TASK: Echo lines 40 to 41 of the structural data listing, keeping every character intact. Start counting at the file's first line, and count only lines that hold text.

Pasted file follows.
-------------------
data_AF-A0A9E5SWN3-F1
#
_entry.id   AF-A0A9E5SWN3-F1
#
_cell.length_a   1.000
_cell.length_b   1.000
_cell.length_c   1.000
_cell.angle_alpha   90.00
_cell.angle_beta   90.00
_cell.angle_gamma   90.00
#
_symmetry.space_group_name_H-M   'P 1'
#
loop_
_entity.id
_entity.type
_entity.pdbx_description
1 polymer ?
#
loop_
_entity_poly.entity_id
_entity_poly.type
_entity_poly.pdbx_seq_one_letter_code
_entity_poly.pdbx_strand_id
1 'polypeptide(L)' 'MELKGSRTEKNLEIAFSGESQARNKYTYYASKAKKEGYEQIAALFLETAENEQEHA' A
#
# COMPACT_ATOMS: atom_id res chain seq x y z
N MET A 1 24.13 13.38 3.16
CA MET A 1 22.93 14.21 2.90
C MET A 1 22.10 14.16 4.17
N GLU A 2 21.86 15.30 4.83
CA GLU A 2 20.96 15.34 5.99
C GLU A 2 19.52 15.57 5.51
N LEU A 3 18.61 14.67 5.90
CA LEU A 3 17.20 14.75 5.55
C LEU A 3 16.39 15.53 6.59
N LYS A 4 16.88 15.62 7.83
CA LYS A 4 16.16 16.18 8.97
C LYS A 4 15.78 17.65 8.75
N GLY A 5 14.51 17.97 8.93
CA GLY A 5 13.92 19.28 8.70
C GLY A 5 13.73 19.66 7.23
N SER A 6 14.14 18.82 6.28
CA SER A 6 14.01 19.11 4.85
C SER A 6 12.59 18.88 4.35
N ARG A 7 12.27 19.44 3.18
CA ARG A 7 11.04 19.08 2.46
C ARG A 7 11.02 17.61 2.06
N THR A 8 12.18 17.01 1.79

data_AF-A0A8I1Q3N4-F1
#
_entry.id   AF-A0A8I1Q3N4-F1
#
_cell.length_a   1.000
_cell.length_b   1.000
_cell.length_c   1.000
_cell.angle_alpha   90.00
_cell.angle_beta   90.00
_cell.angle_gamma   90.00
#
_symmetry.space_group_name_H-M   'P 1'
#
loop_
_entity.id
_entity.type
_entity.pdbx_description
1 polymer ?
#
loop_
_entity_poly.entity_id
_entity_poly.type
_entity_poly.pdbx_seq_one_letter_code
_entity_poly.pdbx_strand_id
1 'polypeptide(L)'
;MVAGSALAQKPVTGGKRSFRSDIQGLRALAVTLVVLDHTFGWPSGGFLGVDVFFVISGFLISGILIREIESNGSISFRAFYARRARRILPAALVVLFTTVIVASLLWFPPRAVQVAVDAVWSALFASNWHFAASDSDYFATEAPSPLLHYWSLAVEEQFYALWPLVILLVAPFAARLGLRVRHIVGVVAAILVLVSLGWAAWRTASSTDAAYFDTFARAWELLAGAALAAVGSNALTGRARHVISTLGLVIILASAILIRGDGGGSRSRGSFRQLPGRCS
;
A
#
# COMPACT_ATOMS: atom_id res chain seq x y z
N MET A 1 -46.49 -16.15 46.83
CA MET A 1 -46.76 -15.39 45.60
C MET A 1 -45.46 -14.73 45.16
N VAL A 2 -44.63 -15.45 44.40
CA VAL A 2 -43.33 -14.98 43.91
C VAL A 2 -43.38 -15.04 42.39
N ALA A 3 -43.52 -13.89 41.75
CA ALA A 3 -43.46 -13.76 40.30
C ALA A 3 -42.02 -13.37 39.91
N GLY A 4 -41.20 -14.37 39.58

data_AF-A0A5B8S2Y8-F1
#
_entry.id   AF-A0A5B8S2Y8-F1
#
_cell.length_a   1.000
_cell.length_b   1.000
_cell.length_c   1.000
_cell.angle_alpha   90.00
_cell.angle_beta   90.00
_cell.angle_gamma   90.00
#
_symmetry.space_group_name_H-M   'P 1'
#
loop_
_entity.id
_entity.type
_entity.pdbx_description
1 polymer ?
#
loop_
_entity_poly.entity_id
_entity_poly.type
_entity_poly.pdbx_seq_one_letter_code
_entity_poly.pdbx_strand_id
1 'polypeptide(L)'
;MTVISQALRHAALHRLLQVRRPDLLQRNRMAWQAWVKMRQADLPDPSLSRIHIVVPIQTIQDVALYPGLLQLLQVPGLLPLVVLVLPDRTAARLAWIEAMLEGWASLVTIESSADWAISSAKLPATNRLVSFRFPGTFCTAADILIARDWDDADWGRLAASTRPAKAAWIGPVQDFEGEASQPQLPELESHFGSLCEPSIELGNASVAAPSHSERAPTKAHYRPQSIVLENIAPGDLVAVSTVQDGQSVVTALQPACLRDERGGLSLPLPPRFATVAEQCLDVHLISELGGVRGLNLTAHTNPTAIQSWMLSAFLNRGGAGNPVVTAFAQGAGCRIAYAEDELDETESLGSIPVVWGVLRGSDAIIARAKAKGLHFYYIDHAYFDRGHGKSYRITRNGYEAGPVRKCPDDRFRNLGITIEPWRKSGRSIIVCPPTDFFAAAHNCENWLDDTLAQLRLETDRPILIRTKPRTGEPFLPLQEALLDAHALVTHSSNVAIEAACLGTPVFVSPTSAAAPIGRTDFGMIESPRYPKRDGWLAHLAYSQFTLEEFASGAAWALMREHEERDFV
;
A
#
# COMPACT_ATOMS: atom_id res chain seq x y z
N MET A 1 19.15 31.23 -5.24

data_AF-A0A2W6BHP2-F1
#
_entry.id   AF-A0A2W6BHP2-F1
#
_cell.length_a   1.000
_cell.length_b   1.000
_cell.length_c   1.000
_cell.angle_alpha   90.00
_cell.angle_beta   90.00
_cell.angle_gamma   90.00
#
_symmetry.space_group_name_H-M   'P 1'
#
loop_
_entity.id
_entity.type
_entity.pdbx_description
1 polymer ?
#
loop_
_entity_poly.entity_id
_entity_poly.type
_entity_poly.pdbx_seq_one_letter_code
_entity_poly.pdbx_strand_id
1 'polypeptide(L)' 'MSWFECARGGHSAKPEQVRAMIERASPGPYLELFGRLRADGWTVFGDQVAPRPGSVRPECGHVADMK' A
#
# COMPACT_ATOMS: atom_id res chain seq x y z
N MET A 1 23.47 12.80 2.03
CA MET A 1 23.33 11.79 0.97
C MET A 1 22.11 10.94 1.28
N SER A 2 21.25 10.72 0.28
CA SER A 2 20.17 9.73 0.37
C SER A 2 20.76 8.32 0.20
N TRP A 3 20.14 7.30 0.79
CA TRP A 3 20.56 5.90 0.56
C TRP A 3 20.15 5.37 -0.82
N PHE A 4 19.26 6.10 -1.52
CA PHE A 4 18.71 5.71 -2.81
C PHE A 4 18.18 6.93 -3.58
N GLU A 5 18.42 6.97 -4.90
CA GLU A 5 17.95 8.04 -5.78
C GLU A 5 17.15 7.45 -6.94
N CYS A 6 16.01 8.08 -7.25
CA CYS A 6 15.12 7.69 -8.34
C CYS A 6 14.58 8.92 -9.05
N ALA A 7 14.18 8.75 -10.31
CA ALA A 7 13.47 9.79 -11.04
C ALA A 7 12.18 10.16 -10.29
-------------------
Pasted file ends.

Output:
N GLY A 5 14.51 17.97 8.93
CA GLY A 5 13.92 19.28 8.70